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Why Do Bishops Move Diagonally And Other Stupid Questions
by Jesse Burneko
Consider the following conversation between two chess players:
I sincerely hope this conversation looks utterly silly to you. If it doesn't, you can stop reading right now because what I'm about to say won't make any difference to you. If this does look silly to you then I want you to stop and think for a minute and realize that it is these types of questions that are shaping the future of the role-playing game. In particular I believe it is this kind of conversation that has driven the design of the 3rd Edition of Dungeons and Dragons.
Many people seem to think that the 3rd Edition caters to power gamers. They argue that by taking away level limits, allowing humans to multi-class and standardizing the experience point table that players are now indestructible forces or that some classes become favored over others. I'm writing this to point out that you have no one to blame but yourself. The 3rd Edition is nothing more than a product of a series of over intellectualized questions about a well-balanced game.
Let's start with the classic example of Swords OR Sorcery. In the First Edition, Wizards could not wield swords. Period. This of course prompted the question, "Why? If I'm under attack and the only thing I have available to me is a sword, I'm damn well going to swing it." Okay, this seems reasonable. So in the second edition came weapon proficiencies. A Wizard could swing a sword if he needed to but he could never become proficient in it and therefore would always have penalties to his roll.
The second reply to this was, "Well, why can't a wizard become proficient in a sword?" And this is where the intellectualizing begins. The first answer is, "Well, wizards spend their time studying magic and so don't have the time to learn proper swordplay." And the reply to this becomes, "Yes, that may be true in general and it may even be true for 99% of all wizards but what's stopping MY wizard from learning to use a sword." And the answer to this has come in the 3rd Edition.
In the 3rd Edition we have the concept of feats. You gain one feat every three levels. One of these feats is wielding a sword for characters that don't start out knowing how to do so. But these feats also include things like building magic potions and scrolls. So yes, a wizard could spend his time learning to wield a sword by sacrificing the time he would be spending learning to build potions.
3rd Edition is built around this kind of reasoning. As I've read through the books I've noticed that anything that states clearly that X is like Y or Z can only do W is followed by a paragraph citing either the real world explanation and rational of why this is so or a description of under what conditions there might be exceptions. Unfortunately, the 3rd Edition won't stop the questioning and it is my belief that no system will ever stop the questioning.
The next logical question in the Swords OR Sorcery dialog is, "Well, why doesn't intelligence factor into the gaining of feats? Why does a character with an intelligence of 3 gain the same number of feats as one with an intelligence of 18?" If you think this is a bit extreme then consider this argument I read on a Dungeons and Dragons forum.
First and Second Edition had level limits for non-humans. People of course thought these were unrealistic. Again, even if it were true for 99% of any racial population there was no good answer as to why any one individual character couldn't be an exception. So, 3rd Edition has got rid of level limits. So now what are people saying? Without level limits, elves should rule the world. The argument being that elves live so much longer than every other race that they would ultimately obtain the greatest amount of power.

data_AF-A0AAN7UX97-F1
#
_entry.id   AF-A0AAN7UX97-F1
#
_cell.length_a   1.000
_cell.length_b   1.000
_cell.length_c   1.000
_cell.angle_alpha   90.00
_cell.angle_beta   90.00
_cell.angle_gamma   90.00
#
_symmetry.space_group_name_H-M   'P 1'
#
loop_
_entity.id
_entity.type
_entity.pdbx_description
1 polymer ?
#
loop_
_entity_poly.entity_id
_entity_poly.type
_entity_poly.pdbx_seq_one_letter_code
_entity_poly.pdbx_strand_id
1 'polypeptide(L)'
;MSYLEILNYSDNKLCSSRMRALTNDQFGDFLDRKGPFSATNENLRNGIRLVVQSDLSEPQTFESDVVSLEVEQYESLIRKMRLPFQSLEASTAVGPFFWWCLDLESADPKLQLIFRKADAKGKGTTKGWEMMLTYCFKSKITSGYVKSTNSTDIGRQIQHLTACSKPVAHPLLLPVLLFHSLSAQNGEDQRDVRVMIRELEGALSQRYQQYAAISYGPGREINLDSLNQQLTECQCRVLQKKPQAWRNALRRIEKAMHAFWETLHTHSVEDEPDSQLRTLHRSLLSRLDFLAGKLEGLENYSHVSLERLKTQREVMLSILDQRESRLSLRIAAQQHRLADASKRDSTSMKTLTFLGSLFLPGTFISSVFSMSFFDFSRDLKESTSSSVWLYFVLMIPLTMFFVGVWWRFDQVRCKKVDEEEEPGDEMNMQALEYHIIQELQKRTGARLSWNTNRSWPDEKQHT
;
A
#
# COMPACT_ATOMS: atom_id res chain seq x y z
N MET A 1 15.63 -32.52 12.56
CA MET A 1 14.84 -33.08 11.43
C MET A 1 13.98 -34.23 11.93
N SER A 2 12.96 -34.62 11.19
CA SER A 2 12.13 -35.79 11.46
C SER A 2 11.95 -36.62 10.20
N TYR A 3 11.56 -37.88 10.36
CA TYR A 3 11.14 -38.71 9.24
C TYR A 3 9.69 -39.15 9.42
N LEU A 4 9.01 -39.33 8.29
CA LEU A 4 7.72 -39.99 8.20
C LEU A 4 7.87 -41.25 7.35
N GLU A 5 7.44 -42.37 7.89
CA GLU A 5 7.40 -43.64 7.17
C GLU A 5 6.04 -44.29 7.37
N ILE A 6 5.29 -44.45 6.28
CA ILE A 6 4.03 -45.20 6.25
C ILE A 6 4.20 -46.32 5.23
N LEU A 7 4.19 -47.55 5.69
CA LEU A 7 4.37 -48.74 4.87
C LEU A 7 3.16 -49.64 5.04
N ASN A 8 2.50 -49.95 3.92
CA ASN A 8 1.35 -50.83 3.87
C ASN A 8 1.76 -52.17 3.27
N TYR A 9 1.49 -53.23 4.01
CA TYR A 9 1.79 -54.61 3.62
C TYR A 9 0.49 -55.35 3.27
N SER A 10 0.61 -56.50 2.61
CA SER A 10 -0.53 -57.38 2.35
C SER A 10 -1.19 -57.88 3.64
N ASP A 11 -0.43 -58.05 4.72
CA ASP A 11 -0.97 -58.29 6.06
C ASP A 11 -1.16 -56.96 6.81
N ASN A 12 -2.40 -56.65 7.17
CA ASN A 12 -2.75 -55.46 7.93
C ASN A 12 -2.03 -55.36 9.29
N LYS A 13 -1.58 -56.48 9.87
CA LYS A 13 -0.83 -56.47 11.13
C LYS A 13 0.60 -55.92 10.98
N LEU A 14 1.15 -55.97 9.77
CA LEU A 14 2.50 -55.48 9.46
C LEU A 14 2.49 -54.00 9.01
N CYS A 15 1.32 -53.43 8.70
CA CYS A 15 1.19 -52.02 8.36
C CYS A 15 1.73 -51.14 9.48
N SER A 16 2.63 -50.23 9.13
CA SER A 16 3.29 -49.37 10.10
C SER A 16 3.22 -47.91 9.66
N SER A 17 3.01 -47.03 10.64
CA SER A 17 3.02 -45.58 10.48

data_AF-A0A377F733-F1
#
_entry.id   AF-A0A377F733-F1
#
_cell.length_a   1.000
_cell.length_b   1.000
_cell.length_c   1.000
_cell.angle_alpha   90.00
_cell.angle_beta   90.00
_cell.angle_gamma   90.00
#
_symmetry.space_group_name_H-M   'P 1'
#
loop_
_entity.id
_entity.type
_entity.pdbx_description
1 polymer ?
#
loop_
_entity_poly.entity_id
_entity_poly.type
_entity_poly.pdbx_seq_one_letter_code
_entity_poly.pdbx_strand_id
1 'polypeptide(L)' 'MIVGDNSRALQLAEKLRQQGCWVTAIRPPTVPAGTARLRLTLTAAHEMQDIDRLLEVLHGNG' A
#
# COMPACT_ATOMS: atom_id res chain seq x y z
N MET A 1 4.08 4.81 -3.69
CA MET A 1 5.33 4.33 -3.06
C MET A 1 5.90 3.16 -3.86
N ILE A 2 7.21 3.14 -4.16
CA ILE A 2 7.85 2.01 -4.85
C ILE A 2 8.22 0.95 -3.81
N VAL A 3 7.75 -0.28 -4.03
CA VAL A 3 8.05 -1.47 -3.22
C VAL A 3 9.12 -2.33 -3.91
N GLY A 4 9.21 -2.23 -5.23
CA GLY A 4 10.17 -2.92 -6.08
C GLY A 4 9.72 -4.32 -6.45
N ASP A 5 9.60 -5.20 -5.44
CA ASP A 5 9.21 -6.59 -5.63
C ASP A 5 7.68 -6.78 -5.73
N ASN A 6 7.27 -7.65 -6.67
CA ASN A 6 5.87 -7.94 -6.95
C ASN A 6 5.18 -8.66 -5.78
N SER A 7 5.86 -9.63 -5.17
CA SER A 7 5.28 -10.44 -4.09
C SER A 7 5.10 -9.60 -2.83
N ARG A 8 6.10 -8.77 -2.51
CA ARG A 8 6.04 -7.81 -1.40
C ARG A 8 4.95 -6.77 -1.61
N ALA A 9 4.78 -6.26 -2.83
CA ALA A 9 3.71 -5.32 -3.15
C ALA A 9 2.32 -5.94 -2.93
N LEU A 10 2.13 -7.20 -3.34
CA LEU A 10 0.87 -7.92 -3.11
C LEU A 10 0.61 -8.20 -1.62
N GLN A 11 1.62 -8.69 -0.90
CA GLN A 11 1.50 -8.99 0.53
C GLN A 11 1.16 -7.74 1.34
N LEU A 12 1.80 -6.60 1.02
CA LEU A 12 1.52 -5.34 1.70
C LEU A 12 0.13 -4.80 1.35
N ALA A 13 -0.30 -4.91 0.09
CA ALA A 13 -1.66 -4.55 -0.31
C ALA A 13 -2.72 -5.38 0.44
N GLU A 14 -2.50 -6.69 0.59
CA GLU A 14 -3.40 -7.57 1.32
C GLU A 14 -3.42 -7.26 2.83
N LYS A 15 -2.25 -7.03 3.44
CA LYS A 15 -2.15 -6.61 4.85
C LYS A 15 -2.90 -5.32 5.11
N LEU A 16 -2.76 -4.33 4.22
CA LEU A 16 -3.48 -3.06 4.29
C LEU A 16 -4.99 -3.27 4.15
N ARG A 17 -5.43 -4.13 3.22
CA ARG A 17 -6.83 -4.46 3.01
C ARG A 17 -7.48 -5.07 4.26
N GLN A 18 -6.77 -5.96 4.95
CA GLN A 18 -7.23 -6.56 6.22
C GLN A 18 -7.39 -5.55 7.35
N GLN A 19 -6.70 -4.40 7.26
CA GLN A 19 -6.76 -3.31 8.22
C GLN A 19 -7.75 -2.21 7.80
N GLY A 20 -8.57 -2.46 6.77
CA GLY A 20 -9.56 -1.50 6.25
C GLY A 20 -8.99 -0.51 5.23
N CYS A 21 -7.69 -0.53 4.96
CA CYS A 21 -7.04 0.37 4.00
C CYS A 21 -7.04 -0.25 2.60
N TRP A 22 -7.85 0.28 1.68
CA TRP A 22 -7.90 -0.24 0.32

To these next generation questions I have only one answer. It is an answer that would have fit the first edition questions. It even answers the questions, "Why do Bishops only move diagonally?" My answer is, "It's a game. Those are the rules."
By asking all these "why" questions you are really asking, "Why does this rule exist?" And again my answer applies 100% of the time. My answer is, "The rule exists for purposes of balance." Designers are always trying to make the game balanced. In the First Edition a wizard could not wield a sword so that a fighter and a wizard could be equally powerful in two disjoint mediums. In the second edition a wizard was allowed to use a sword in a pinch but was given a penalty so that he would never out shadow the fighter. And in the third edition the wizard is simply trading one power for another so as to maintain balance. It's all about balance.
Contrary to what many seem to think, role-playing games are not real world simulators. They are games and games have rules. Sure, there are exceptional situations where the rules don't make sense or a rule doesn't even exist, but that's what a GM is for. But for situations where there IS a rule, I say, why argue? Why not trust that the designers knew what they were doing when they wrote the rule and keep things simple. After all, the bad guys are held to the same restrictions you are.
The 3rd Edition is not about power gaming. It's about trying to keep a balanced game while answering all of your questions. And if you feel that by answering your questions and complaints that balance has been tipped you have no one to blame but yourself. The next time you find yourself questioning a rule in a role-playing game remember this simple answer: Bishops move diagonally and wizards don't wield swords!
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